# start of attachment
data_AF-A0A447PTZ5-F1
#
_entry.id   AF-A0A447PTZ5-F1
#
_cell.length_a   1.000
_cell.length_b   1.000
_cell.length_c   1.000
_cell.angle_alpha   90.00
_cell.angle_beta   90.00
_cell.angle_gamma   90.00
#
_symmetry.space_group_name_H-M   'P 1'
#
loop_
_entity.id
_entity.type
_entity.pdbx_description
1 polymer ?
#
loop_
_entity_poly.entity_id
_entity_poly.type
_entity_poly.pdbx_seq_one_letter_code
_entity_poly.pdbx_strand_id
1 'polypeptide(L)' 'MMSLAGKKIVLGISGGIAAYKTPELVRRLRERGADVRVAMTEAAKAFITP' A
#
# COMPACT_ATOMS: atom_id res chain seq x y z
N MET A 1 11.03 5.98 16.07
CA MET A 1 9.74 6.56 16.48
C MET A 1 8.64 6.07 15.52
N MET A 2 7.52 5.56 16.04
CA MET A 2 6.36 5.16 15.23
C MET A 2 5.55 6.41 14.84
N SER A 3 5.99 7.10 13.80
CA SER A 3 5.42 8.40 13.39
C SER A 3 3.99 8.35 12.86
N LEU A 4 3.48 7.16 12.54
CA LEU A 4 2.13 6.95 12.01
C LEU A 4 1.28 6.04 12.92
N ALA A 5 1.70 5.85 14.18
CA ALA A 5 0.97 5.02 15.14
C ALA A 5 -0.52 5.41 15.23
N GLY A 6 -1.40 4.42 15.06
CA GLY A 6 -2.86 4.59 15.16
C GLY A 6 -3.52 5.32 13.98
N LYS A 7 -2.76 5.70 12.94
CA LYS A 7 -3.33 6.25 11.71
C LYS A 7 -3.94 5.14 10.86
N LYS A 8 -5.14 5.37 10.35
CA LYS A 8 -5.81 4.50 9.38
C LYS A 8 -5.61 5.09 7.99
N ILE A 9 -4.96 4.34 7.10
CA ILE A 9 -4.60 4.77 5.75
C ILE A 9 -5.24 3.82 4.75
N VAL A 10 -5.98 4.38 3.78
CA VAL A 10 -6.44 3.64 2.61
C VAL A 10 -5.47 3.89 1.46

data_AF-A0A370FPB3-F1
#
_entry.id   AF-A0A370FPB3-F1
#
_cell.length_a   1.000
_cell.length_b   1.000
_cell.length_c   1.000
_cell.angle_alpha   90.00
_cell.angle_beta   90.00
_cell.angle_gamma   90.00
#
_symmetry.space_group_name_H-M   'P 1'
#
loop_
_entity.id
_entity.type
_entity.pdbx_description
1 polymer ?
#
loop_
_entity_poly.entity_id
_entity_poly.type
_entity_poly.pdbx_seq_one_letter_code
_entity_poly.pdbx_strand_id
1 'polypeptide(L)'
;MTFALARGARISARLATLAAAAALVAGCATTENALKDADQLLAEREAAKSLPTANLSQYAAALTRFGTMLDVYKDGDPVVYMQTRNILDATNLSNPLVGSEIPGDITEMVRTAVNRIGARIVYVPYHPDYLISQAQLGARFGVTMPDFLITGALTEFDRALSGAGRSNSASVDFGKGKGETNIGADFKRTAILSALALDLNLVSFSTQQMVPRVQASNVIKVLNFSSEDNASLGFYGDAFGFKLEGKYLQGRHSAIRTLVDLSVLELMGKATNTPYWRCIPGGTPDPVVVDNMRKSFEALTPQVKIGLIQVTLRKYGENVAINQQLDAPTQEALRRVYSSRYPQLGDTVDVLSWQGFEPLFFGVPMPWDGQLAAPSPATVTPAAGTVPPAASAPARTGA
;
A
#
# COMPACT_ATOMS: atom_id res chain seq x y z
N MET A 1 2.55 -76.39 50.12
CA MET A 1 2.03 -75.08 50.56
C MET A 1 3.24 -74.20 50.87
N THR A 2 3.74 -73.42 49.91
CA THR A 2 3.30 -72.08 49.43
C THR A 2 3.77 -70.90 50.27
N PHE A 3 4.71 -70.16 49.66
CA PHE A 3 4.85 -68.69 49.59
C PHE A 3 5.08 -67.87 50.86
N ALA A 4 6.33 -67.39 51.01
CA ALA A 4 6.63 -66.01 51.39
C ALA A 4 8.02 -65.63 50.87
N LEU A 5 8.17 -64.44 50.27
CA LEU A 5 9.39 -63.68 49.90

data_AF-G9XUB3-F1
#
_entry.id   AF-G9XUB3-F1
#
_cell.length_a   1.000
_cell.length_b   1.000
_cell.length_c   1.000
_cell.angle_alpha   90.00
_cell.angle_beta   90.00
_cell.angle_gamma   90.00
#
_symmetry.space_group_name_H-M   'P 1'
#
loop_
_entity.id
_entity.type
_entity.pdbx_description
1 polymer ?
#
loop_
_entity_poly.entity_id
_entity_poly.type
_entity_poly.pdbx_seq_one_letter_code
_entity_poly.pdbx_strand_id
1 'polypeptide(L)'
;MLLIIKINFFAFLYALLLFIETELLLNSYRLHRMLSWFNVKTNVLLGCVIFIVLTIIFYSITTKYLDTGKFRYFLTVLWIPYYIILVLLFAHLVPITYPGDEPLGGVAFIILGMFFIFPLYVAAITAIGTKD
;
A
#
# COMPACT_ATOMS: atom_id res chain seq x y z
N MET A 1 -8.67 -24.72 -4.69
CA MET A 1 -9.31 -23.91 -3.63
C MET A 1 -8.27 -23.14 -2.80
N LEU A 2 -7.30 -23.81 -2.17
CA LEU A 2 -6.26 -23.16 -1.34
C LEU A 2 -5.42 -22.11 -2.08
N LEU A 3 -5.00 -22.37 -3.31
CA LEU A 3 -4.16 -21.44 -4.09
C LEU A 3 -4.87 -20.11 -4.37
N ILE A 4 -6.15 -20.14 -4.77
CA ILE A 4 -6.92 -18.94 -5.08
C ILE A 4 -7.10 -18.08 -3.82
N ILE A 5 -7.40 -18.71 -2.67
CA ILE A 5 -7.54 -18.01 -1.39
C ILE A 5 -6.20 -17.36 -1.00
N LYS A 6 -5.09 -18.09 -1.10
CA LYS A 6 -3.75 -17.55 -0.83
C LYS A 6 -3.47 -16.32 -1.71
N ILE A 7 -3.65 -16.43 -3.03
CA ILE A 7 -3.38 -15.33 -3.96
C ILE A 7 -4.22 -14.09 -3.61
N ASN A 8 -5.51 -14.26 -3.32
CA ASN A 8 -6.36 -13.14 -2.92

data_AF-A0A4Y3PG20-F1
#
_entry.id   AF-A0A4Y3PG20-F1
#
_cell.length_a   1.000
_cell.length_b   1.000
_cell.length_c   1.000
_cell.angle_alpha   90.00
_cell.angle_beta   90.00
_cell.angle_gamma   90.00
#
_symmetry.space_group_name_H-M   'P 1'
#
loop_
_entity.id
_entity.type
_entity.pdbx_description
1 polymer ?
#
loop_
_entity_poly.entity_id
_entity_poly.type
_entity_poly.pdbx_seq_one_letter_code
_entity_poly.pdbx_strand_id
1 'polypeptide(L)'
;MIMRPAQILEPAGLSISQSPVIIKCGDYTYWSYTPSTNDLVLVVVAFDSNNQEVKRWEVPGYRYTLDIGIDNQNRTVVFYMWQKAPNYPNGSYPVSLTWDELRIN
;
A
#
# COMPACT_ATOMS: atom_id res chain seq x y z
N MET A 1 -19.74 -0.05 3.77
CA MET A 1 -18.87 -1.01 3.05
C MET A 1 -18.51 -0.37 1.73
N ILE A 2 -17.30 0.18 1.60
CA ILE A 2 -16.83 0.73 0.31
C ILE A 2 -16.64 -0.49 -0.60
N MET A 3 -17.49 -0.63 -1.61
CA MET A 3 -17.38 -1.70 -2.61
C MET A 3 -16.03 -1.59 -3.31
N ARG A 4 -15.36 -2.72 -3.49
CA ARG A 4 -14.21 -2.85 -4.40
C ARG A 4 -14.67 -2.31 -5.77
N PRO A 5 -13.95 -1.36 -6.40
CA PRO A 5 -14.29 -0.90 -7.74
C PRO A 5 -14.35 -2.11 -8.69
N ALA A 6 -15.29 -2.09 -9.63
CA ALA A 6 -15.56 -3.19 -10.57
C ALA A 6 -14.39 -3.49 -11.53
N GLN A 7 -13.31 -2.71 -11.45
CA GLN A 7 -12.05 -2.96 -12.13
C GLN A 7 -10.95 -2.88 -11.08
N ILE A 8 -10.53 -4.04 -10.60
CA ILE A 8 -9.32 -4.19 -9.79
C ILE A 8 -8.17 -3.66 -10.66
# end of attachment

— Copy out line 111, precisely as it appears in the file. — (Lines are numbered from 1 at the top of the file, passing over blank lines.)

_cell.angle_gamma   90.00